TOKYO, June 17 (Xinhua) -- Tokyo stocks ended lower Friday, with the benchmark Nikkei stock index closing at one-month low following Wall Street's overnight drop on concerns of economic growth prospects amid central banks' monetary tightening.
The 225-issue Nikkei Stock Average lost 468.20 points, or 1.77 percent, from Thursday to close the day at 25,963.00, marking its lowest closing level since May 12.
The broader Topix index, meanwhile, dropped 31.91 points, or 1.71 percent, to finish at 1,835.90.
Local brokers said that following a broad selloff on Wall Street overnight, investor sentiment was dampened over global economic growth concerns as central banks move to hike interest rates to combat inflation.
The U.S. Federal Reserve decided on a 0.75-percentage point rate hike on Wednesday, marking the largest hike since 1994.
In the United States, May's consumer prices showed that inflation in the world's largest economy was showing no signs of slowing, which in part informed the Fed's decision.
The Bank of England and Swiss National Bank, in moves similar to the Fed, have also raised their key interest rates to combat soaring inflation. The European Central Bank, meanwhile, is expected to follow suit next month.
"Going forward, the market's focus will be shifted to economic indicators from central banks' policy tightening. Investors will be sensitive to any negative signs for the economy," Shigetoshi Kamada, general manager at the research department at Tachibana Securities, was quoted as saying.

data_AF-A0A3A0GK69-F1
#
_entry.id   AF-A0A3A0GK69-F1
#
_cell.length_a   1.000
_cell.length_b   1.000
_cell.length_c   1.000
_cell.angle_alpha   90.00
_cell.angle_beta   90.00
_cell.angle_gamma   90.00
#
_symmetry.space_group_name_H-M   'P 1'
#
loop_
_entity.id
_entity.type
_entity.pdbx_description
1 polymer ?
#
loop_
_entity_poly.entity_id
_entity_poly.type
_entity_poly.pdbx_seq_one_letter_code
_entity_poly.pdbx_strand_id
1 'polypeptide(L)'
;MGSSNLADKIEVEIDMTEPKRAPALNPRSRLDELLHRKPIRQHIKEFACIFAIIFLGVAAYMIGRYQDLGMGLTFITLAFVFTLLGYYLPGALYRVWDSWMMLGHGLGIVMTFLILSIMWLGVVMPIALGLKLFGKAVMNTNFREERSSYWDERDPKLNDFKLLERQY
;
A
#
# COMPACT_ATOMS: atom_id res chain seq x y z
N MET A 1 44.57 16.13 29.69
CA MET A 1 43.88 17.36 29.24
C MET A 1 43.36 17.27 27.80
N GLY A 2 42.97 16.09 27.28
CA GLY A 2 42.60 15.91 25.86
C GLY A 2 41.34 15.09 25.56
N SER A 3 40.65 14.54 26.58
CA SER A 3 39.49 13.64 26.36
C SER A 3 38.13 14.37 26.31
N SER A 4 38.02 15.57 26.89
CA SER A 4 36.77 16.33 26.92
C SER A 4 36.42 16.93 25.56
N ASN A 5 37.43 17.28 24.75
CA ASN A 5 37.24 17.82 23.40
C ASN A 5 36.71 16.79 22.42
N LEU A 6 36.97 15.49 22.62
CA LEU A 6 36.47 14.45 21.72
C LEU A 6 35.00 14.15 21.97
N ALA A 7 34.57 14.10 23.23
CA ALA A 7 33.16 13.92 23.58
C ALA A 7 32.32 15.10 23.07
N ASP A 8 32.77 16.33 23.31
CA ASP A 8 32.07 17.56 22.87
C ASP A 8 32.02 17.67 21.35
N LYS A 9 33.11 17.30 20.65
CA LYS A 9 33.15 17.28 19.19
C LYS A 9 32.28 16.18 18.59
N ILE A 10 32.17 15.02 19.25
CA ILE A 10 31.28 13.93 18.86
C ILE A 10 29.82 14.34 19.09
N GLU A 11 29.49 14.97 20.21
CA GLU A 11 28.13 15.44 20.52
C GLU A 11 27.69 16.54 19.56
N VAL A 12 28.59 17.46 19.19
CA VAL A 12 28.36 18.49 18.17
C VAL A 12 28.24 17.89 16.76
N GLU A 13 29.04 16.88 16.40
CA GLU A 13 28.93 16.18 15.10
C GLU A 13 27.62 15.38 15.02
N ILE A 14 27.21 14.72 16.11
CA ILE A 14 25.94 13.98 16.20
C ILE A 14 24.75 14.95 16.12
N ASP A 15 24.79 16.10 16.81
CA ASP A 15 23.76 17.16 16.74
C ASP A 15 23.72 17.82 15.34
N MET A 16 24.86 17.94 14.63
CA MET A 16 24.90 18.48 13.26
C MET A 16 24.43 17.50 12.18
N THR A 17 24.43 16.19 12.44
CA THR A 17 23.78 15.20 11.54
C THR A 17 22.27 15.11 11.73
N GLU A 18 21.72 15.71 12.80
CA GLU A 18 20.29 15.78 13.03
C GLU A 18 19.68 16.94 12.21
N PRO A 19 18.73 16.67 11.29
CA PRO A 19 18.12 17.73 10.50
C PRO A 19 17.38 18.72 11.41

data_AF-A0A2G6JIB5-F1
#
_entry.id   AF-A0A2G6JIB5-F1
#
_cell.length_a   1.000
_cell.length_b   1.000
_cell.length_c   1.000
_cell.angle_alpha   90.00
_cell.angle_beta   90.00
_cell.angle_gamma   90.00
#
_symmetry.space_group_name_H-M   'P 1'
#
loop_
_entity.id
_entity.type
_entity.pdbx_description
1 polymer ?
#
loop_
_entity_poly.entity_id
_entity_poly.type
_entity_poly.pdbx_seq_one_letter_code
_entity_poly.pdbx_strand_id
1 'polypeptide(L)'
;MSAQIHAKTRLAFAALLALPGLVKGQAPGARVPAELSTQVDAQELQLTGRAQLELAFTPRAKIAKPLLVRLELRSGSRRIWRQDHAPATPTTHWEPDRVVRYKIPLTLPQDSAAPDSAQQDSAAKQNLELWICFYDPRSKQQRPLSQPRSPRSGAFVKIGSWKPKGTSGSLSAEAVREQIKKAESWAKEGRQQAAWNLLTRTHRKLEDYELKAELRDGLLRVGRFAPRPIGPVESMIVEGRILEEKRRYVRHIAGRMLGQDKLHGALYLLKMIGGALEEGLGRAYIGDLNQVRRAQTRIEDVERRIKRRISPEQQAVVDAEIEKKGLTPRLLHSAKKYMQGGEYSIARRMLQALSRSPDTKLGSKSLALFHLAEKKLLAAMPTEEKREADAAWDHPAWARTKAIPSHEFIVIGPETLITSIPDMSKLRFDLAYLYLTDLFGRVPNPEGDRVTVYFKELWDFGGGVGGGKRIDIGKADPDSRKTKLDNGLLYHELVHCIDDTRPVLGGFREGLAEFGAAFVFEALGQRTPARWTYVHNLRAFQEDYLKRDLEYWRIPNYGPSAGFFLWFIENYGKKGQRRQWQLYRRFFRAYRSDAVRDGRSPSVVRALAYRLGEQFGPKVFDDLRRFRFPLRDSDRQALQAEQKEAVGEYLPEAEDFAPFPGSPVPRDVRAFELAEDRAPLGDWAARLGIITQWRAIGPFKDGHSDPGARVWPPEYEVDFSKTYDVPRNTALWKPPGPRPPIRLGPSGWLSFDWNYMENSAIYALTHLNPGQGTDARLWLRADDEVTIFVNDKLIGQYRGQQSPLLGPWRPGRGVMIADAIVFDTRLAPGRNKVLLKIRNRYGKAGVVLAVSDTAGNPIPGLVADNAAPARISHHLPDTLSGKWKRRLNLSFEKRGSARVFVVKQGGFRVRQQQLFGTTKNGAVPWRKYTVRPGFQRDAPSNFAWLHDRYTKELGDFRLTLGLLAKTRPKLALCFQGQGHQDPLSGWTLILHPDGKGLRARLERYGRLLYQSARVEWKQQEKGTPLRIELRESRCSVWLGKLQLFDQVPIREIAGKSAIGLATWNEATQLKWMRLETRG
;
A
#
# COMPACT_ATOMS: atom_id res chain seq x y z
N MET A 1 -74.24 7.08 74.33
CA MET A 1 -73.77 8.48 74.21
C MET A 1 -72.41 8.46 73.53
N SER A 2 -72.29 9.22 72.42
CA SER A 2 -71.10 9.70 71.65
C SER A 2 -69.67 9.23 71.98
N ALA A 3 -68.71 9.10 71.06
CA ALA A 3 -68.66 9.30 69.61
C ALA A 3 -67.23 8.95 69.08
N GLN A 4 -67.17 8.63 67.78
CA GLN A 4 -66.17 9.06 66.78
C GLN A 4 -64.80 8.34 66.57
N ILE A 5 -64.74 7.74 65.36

Other analysts said that monetary policy tightening by central banks had triggered concerns about recessions, which would hurt Japan, an economy still heavily-reliant on exports.
"Market participants are becoming more worried about recession rather than an economic slowdown caused by aggressive monetary tightening," Shingo Ide, chief equity strategist at the NLI Research Institute, said.
Conversely, the Bank of Japan (BOJ) on Friday opted to maintained its ultra-easy monetary policy despite rising inflation and the yen's recent weakness amid widening interest rate gaps with other central banks.
The BOJ has remained steadfast to maintain its ultra-loose monetary policy and has suggested that recent inflationary pressure that has triggered other countries' central banks to hike their rates is temporary.
Economists, however, have said the BOJ's policy doesn't reflect the resource-poor country's economic fundamentals, including the fact that wages here have remained stagnant despite soaring costs for energy imports and raw materials, which will impact consumption.
As other central banks have or will move to hike their interest rates, with the interest rate gulf between the BOJ and its peers widening and triggering the yen's rapid depreciation, the government has surreptitiously urged the bank to take action, analysts have pointed out.
The yen briefly tumbled below 134 against the U.S. dollar as the BOJ's decision was announced.
By the close of play, precision instrument, iron and steel, and transportation equipment issues comprised those that declined the most, and issues that fell outpaced those that rose by 1,447 to 351 on the Prime Market, while 40 ended the day unchanged.
Heavily-weighted technology-oriented issues led declines on the Nikkei, with tech investor SoftBank Group dropping 4.2 percent, while Tokyo Electron fell 5 percent. Advantest, meanwhile, ended the day 4.1 percent lower.
Automakers lost ground, with Toyota Motor skidding down 3.6 percent, after announcing it had cut its global output plan for June due to supply chain and COVID-19-related issues.
Honda Motor reversed 2.7 percent, while auto parts maker Denso dropped 4.7 percent.
On the Prime Market on Friday, 1,869.65 million shares changed hands, dropping from Thursday's volume of 1,130.69 million shares.
The turnover on the final trading day of the week came to 4,272.13 billion yen (31.70 billion U.S. dollars). ■